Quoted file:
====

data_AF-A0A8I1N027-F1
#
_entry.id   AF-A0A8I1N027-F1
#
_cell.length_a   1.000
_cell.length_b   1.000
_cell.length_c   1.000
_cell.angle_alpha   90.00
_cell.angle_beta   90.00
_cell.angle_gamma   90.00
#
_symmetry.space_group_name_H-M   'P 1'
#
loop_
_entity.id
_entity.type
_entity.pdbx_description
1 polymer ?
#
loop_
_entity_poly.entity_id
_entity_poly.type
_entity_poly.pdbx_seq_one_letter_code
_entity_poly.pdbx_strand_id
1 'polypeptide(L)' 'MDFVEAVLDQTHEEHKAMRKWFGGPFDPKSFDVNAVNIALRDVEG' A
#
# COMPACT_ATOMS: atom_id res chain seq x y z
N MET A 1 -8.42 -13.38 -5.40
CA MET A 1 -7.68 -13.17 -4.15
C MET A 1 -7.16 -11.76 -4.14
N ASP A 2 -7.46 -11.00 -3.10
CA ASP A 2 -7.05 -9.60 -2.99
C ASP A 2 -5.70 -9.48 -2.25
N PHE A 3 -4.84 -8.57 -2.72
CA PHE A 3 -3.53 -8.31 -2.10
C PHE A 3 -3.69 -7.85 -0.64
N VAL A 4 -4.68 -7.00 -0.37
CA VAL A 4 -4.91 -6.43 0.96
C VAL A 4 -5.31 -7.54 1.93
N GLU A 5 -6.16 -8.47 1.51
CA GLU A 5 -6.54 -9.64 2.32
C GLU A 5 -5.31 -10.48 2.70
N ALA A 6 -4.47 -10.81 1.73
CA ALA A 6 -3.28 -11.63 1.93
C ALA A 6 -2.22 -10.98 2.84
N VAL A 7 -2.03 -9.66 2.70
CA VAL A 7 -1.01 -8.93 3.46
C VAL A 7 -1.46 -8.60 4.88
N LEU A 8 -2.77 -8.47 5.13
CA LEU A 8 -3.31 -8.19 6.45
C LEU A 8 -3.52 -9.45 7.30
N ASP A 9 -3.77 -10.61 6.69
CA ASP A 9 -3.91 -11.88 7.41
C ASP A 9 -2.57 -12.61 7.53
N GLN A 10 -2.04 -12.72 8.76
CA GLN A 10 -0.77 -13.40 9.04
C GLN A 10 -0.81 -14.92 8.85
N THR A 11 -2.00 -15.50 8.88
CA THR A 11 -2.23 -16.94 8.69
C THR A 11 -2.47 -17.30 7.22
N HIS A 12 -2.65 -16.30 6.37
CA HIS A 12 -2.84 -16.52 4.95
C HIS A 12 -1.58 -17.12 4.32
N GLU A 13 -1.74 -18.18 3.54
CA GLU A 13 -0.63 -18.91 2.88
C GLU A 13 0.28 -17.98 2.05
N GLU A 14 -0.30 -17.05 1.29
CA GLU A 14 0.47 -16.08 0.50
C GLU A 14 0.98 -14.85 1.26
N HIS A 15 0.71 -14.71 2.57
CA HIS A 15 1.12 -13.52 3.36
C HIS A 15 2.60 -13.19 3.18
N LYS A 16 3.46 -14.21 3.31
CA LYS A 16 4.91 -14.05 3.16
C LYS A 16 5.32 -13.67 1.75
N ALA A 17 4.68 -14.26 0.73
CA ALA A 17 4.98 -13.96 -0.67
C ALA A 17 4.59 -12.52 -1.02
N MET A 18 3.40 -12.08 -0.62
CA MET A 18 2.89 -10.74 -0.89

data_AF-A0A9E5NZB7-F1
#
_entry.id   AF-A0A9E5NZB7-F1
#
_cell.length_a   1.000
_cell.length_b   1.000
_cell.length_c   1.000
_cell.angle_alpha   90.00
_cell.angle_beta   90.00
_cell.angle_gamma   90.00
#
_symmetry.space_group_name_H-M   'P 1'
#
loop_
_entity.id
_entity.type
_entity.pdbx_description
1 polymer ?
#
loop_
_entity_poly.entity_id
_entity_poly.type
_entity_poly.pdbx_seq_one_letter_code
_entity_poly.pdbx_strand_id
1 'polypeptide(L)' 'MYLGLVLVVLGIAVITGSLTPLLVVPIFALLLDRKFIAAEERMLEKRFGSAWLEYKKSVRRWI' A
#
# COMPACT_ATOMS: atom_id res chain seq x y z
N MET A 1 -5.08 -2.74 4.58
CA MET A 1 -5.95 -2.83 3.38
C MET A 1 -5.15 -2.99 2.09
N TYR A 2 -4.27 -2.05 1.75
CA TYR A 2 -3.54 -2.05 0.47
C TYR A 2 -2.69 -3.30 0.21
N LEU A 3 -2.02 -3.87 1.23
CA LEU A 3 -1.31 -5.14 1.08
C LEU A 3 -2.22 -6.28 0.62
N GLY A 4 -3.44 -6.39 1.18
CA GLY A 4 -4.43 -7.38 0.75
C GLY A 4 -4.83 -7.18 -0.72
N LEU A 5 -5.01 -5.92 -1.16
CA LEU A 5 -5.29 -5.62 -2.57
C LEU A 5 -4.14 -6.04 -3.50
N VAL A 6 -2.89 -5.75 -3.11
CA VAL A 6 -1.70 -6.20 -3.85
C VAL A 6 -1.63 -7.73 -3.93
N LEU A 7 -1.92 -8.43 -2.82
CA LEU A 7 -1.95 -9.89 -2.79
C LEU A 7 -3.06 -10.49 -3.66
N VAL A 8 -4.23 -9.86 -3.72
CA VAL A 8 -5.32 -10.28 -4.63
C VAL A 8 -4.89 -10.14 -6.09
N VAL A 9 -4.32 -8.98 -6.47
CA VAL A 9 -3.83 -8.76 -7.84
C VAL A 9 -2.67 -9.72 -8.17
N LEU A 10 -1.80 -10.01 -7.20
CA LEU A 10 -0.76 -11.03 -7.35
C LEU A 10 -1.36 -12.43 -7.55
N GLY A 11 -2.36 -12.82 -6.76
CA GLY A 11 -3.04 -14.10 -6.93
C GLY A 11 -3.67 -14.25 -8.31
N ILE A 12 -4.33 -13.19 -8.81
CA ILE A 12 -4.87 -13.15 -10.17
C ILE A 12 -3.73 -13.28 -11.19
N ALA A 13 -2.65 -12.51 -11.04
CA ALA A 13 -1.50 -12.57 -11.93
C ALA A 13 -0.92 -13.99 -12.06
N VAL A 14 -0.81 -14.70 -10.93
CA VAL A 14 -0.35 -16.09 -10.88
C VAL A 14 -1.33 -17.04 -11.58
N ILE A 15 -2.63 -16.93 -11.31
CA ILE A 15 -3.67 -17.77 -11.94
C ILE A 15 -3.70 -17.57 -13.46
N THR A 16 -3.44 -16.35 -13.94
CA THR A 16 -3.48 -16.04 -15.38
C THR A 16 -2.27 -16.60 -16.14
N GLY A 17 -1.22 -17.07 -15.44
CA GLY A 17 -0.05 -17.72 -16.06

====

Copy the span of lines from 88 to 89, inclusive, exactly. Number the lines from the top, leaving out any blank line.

_cell.angle_alpha   90.00
_cell.angle_beta   90.00